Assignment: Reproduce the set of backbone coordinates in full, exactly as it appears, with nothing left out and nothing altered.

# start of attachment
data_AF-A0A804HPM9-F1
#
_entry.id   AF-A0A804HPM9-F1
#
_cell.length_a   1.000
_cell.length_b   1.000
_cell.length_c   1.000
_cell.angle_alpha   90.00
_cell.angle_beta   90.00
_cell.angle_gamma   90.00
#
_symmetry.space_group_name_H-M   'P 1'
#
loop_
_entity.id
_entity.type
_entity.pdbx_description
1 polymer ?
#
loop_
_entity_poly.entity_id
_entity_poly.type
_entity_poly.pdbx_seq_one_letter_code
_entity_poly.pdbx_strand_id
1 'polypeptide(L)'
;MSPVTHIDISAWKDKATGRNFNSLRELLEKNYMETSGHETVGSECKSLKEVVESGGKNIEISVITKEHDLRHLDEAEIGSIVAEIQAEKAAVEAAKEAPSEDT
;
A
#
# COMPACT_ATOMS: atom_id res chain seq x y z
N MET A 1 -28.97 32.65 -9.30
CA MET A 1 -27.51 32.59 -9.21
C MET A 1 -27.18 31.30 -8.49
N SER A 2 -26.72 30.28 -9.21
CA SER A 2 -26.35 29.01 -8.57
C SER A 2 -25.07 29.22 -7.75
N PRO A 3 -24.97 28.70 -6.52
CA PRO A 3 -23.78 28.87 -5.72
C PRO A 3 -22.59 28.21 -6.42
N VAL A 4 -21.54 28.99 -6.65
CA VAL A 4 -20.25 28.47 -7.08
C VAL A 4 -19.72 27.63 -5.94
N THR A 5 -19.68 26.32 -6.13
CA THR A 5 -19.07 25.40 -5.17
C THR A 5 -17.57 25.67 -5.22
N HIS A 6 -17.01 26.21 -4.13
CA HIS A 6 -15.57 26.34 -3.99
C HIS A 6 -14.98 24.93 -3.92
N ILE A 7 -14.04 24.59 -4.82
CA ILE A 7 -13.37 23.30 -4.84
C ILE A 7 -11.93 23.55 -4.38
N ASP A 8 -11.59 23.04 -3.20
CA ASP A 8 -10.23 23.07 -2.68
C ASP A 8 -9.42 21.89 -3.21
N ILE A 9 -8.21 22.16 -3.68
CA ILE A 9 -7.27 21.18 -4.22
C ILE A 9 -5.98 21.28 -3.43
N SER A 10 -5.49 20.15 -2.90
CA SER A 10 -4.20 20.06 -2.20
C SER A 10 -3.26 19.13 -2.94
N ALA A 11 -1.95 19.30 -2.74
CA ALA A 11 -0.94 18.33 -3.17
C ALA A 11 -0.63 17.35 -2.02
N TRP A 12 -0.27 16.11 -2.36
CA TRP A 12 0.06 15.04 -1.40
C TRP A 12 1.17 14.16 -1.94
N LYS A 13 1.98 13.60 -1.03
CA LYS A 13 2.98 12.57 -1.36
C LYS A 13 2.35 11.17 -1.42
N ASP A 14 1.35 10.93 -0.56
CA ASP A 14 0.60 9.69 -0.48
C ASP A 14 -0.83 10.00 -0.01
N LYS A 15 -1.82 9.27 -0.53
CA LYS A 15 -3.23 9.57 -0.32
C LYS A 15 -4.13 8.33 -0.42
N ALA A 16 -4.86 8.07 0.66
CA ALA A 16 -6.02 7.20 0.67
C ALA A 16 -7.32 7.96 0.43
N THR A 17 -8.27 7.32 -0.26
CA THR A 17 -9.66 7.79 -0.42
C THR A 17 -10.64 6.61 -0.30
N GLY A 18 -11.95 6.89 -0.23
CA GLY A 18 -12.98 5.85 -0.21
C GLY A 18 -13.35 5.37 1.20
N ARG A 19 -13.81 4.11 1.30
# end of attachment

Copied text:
data_AF-A0A804HPM9-F1
#
_entry.id   AF-A0A804HPM9-F1
#
_cell.length_a   1.000
_cell.length_b   1.000
_cell.length_c   1.000
_cell.angle_alpha   90.00
_cell.angle_beta   90.00
_cell.angle_gamma   90.00
#
_symmetry.space_group_name_H-M   'P 1'
#
loop_
_entity.id
_entity.type
_entity.pdbx_description
1 polymer ?
#
loop_
_entity_poly.entity_id
_entity_poly.type
_entity_poly.pdbx_seq_one_letter_code
_entity_poly.pdbx_strand_id
1 'polypeptide(L)'
;MSPVTHIDISAWKDKATGRNFNSLRELLEKNYMETSGHETVGSECKSLKEVVESGGKNIEISVITKEHDLRHLDEAEIGSIVAEIQAEKAAVEAAKEAPSEDT
;
A
#
# COMPACT_ATOMS: atom_id res chain seq x y z
N MET A 1 -28.97 32.65 -9.30
CA MET A 1 -27.51 32.59 -9.21
C MET A 1 -27.18 31.30 -8.49
N SER A 2 -26.72 30.28 -9.21
CA SER A 2 -26.35 29.01 -8.57
C SER A 2 -25.07 29.22 -7.75
N PRO A 3 -24.97 28.70 -6.52
CA PRO A 3 -23.78 28.87 -5.72
C PRO A 3 -22.59 28.21 -6.42
N VAL A 4 -21.54 28.99 -6.65
CA VAL A 4 -20.25 28.47 -7.08
C VAL A 4 -19.72 27.63 -5.94
N THR A 5 -19.68 26.32 -6.13
CA THR A 5 -19.07 25.40 -5.17
C THR A 5 -17.57 25.67 -5.22
N HIS A 6 -17.01 26.21 -4.13
CA HIS A 6 -15.57 26.34 -3.99
C HIS A 6 -14.98 24.93 -3.92
N ILE A 7 -14.04 24.59 -4.82
CA ILE A 7 -13.37 23.30 -4.84
C ILE A 7 -11.93 23.55 -4.38
N ASP A 8 -11.59 23.04 -3.20
CA ASP A 8 -10.23 23.07 -2.68
C ASP A 8 -9.42 21.89 -3.21
N ILE A 9 -8.21 22.16 -3.68
CA ILE A 9 -7.27 21.18 -4.22
C ILE A 9 -5.98 21.28 -3.43
N SER A 10 -5.49 20.15 -2.90
CA SER A 10 -4.20 20.06 -2.20
C SER A 10 -3.26 19.13 -2.94
N ALA A 11 -1.95 19.30 -2.74
CA ALA A 11 -0.94 18.33 -3.17
C ALA A 11 -0.63 17.35 -2.02
N TRP A 12 -0.27 16.11 -2.36
CA TRP A 12 0.06 15.04 -1.40
C TRP A 12 1.17 14.16 -1.94
N LYS A 13 1.98 13.60 -1.03
CA LYS A 13 2.98 12.57 -1.36
C LYS A 13 2.35 11.17 -1.42
N ASP A 14 1.35 10.93 -0.56
CA ASP A 14 0.60 9.69 -0.48
C ASP A 14 -0.83 10.00 -0.01
N LYS A 15 -1.82 9.27 -0.53
CA LYS A 15 -3.23 9.57 -0.32
C LYS A 15 -4.13 8.33 -0.42
N ALA A 16 -4.86 8.07 0.66
CA ALA A 16 -6.02 7.20 0.67
C ALA A 16 -7.32 7.96 0.43
N THR A 17 -8.27 7.32 -0.26
CA THR A 17 -9.66 7.79 -0.42
C THR A 17 -10.64 6.61 -0.30
N GLY A 18 -11.95 6.89 -0.23
CA GLY A 18 -12.98 5.85 -0.21
C GLY A 18 -13.35 5.37 1.20
N ARG A 19 -13.81 4.11 1.30